“Depression is not an illness. It is just self-pity.”

“Suicidal thinking is caused only by demons that have to be cast out. Then the person is fine.”

“People who attempt suicide and don’t die, didn’t mean it. They just want attention.”

Bewilderment

One spouse pleaded and shouted in frustration because her husband was hiding in a closet, too depressed to face the world. 

“How can I fix my depressed husband?”

“She attempted so many times, it’s just manipulation.”

Misrepresentation and misunderstanding of the facts are the basis for the above reactions and comments.  For helpful reactions that go a long way toward prevention of suicide, click here.

Today’s Helpful Word

Job 16:

“I could say the same things if you were in my place. I could spout off criticism and shake my head at you. But if it were me, I would encourage you. I would try to take away your grief.”  – Job speaking to his friends while he is suffering

***** COMMENTS ALWAYS WELCOME

NOTE:  I am not a doctor or mental health professional. I speak only from personal experiences with and observations of mental and behavioral health challenges.  In no way is this website intended to substitute for professional mental or behavioral health care.

If you are struggling emotionally today or feeling suicidal, or concerned about someone who is, in the U.S. call the National Suicide Prevention Lifeline 1-800-273-TALK (8255), or for a list of international suicide hotlines, go here.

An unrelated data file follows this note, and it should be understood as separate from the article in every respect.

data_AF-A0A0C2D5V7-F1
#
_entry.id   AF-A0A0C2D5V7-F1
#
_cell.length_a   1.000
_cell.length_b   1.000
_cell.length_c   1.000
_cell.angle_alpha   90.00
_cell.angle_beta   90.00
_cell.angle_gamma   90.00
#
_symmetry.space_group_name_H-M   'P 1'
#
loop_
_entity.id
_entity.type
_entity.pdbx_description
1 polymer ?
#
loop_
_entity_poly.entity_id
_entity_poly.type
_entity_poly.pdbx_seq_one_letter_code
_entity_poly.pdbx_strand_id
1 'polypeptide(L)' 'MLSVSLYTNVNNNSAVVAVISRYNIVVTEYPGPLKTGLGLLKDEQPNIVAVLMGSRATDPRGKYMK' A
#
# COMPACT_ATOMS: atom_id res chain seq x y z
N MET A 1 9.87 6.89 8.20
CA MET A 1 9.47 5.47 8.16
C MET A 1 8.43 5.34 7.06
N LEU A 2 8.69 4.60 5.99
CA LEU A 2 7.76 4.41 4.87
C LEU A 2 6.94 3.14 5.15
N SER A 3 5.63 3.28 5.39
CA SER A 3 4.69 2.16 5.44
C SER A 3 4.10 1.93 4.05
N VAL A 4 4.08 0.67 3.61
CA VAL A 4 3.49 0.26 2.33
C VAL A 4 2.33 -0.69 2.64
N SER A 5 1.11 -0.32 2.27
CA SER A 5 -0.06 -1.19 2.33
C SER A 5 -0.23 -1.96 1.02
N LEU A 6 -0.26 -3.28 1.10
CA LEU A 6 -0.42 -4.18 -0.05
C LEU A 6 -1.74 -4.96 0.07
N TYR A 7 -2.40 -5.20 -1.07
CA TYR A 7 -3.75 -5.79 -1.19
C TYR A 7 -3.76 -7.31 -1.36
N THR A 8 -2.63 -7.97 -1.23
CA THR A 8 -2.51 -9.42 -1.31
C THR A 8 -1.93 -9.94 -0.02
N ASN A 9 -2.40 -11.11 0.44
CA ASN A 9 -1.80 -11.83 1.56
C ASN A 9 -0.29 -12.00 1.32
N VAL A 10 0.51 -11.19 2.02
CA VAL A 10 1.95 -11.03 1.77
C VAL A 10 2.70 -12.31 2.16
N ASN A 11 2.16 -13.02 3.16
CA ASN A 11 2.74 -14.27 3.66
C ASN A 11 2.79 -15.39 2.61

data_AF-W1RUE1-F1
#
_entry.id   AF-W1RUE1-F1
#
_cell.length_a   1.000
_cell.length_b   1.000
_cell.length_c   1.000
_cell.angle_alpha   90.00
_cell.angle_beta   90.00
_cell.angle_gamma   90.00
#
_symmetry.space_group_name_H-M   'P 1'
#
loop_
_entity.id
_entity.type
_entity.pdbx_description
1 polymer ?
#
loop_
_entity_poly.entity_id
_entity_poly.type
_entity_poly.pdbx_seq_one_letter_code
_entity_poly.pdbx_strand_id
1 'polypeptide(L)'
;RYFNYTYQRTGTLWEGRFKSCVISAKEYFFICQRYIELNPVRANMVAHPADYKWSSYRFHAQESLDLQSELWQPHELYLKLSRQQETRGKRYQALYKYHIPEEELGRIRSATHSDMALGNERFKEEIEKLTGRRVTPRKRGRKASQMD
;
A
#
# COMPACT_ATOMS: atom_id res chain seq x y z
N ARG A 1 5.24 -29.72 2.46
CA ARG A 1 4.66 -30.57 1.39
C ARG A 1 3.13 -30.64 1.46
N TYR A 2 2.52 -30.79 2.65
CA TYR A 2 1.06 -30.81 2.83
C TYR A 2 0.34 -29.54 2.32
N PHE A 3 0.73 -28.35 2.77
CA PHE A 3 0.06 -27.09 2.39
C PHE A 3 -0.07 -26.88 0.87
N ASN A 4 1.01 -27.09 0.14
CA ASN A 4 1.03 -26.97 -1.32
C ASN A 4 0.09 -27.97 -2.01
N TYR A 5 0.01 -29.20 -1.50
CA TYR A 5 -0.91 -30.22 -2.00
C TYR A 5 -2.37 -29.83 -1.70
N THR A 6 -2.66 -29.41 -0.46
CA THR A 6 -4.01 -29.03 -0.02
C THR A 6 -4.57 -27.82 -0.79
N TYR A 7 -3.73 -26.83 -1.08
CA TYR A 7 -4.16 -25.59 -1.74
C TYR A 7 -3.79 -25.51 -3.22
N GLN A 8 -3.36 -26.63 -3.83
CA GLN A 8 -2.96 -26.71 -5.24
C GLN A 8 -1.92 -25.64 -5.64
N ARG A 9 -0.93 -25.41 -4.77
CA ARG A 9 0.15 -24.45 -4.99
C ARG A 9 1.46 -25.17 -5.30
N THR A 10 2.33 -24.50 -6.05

If you are suicidal with a plan, immediately call 911 in the U.S.  (for international emergency numbers, go here ), or go to your nearest emergency room. Do not be alone. Hope and help are yours.

*speech bubble by STARISOB of rgbstock.com; two woman from kozzi.com

 

My Response to “The Sins of Psychotherapism” by Bruce Davidson, PsychoHeresy Ministries.

Compassionate Love Blog: Displaying compassion for those who fight mental illness, addiction, and abuse  (c)2018  Nancy Virden, Always the Fight Ministries

The Sins of Psychotherapism by Bruce Davidson of PsychoHeresy Ministries, is an opinion piece (link is below) outlining serious charges against the world of psychological study and therapists who work within it.  I respect Davidson for his thoughtful work,  and his efforts and desire to help people. We just disagree. This blog is my answer to his claims.

Terminology matters

About 2 years ago, a LinkedIn self-described BIble teacher, began to call me names and undermine my character simply because of my terminology. Yes, he was rude, but was he right?

He made an assumption about me, whom he had never met, based on my ministry title of “advocate.” That is,  because I advocate for recovery, he thought I was steering people away from the message of repentance.

My point at the time was that “recovery” is a process. Repentance may stop a behavior, but even if your problem is not addiction, recovery is involved. God gives us insight into who he is so we can turn to him and repent of sin. After that, changing how we think takes time. Isaiah 1:16,17 supports this concept of the recovery process. “…Stop doing wrong. Learn to do right.”

Terminology matters, however readers and writers alike must know what words mean. In the world of stigma, some words are defined in black and white instead of in the open concept they deserve.

Motives are not worn on our sleeves